The correlating step suitably linearizes one or more labeled portions of the nucleic acid polymer. Such linearization can be accomplished by linearizing a labeled portion of the polymer in nanochannels of a suitable size, or by applying a gradient (eg, fluid, electrical) to the polymer. In other embodiments, the polymer is bound or immobilized and linearized by applying a gradient (pressure, electrical, etc.). Fragments can be produced by random or sequence specific cleavage of nucleic acid polymers.

Correlating may include, for example, measuring the distance between two or more labels, comparing the signal strength progressively developed from the two or more labels, and the like. In some cases sequencing fragments of polymers known as “contigs” can be performed by various techniques known in the art. These techniques include, for example, Sanger sequencing, Maxam-Gilbert sequencing, dye terminator sequencing, in vitro clonal amplification, sequencing by hybridization, and the like. Intercepts are suitably up to 30 kb or even 50 kb in length, but this kb length range is suitable.

Comparing the signal (s) of the labeled fragment with the corresponding signal of the labeled nucleic acid polymer, for example, the corresponding sequence specific motif label of the nucleic acid polymer labeled with the sequence specific motif label of the labeled and sequenced fragment. One or more labeled and sequenced fragments are performed by aligning against labeled nucleic acid polymers so that they are placed in conformity with. In this way, the user can effectively utilize the label on the section as a "barcode" that can identify the individual sections. Thus, by matching barcoded contacts against a corresponding barcode on a “parent” nucleic acid polymer, a user can determine the location (and orientation) of the barcoded contigs in the “parent” nucleic acid polymer.

In this way, by aligning one or more signals from the label on the segment with the corresponding label on the “parent” polymer, the user can determine the proper alignment of the segment. By repeating this process for multiple fragments, the user can determine the proper order and orientation of these fragments to allow massively parallel sequencing of the nucleic acid polymer.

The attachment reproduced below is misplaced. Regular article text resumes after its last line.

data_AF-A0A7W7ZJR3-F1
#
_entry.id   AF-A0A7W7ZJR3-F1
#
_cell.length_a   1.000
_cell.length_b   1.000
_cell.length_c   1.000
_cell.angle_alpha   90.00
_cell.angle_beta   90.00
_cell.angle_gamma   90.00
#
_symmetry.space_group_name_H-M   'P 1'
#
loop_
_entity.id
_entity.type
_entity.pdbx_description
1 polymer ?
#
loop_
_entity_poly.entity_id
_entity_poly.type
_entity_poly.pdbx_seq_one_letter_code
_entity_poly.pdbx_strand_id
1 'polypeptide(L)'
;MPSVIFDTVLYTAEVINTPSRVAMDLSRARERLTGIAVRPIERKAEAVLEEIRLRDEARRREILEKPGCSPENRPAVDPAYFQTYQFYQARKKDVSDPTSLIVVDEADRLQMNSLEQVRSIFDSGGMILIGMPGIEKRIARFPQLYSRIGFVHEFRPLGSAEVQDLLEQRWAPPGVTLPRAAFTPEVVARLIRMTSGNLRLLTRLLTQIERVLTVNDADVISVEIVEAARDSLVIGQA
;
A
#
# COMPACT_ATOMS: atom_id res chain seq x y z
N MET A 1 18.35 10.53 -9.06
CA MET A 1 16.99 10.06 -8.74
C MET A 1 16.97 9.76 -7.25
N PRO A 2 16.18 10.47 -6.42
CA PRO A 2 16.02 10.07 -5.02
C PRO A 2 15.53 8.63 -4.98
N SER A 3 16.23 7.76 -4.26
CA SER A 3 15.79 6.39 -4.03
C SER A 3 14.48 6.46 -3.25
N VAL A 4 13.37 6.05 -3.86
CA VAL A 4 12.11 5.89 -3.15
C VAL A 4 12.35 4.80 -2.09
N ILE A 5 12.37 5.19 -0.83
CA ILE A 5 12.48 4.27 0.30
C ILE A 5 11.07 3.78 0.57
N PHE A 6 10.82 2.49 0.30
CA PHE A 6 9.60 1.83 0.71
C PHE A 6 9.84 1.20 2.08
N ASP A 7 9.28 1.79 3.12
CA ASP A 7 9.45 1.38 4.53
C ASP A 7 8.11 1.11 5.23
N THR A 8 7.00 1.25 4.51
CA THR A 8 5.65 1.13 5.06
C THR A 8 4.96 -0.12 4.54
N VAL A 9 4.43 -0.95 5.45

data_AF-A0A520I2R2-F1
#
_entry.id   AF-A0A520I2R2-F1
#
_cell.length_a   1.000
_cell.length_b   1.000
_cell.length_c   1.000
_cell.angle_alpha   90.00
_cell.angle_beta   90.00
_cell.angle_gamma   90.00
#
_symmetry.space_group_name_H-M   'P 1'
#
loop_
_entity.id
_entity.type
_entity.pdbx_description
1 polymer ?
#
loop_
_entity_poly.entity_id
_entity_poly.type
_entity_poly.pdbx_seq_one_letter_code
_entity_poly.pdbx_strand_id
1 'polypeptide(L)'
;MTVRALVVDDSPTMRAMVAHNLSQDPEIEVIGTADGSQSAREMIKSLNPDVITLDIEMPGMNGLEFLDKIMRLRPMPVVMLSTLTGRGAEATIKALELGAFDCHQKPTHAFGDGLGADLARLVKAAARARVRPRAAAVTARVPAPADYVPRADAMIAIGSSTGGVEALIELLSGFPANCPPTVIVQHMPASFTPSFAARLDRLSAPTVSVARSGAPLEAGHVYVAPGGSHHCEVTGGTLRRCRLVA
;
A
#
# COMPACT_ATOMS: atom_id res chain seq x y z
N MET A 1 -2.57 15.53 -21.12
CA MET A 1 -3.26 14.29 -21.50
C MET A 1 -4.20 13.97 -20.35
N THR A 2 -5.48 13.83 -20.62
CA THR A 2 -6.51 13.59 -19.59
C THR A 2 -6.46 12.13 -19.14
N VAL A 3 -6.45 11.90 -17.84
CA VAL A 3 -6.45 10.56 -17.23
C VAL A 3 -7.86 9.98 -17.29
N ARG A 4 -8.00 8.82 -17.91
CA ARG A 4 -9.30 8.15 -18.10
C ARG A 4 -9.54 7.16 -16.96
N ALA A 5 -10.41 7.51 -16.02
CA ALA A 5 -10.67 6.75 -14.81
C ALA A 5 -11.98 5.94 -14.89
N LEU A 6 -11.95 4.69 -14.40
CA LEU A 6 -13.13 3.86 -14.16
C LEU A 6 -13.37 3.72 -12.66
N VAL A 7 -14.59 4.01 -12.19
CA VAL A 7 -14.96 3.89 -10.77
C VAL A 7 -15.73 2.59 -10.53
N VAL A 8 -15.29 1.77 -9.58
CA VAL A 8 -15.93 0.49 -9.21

This process is further illustrated in FIG . 6 , which shows the method of the present invention for obtaining genomic scaffolding (eg, sequence) assembly information from nucleic acid polymers.

As shown in the figure, a user extracts relatively long genomic DNA molecules from a polymer (1 kb up to or less than 100 mb); For example, create sequence specific signals that are detected and recorded along the linearized enteric polymer to produce a signature "observed barcode" (shown as "Raw Images of OBSERVED BARCODE") that represents a particular region of the molecular genome. Labeling the molecule according to the labeling methods described herein; The molecule may represent a genome. The barcodes observed from the individual molecules can then be assembled into relatively long scaffolds, which can be on the order of size of the original genome.

Separate fragments ("contic" in some embodiments; about 5 to about 30 kb) can be computer assembled using partial overlapping short base reads generated by current sequencing techniques. Such contics can be random or can be generated based on sequence specificity. As shown in FIG . 6 , the genome can be fragmented to a contication of, for example, 50 bp to 1000 bp or less. At this point, the user can generate many (million) short reads from about 35 to about 850 bp.

Labeling one or more contigs with sequence specific motifs (eg, Nb.BbvCI sites, GCTGAGG) identical to sequence specific motifs that have been used to label "parent" nucleic acid polymers to generate a series of barcodes . In the case of virtually labeling such a contic (ie, via a computer), the barcode is considered a barcode within the computer.

The user then aligns the barcodes of the contices (fractions) against the corresponding observed barcodes of the experimentally constructed scaffolds, which alignment with the proper orientation of the contices within the scaffolds It provides the user with the physical location of the contic. This in turn yields information about the scaffold (and corresponding genome), such as the number of copies of the sequence within the scaffold, structural information (eg translation), and the like. Thus, individual contices are accurately mapped onto the genome, producing accurate and genuine genomic sequencing information of the specific polymer under analysis.

These methods have a number of advantages over existing sequencing techniques, including the ability to provide information about the number of copies and the ability to place contics in the proper position / order relative to each other. This in turn provides the true sequencing information; Without using the barcoding techniques described herein, particularly if there is no prior reference database for comparison against (sequence analysis), the linear order of the contics placed along the analyzed genome will not be known. . Because large genomes exhibiting copy number variation (CNV) and structural variation (SV) are highly complex, it is increasingly difficult to assemble independently directly from shorter random reads, especially for neonatal sequencing or highly scrambled cancer genomes. Have been found to cause errors.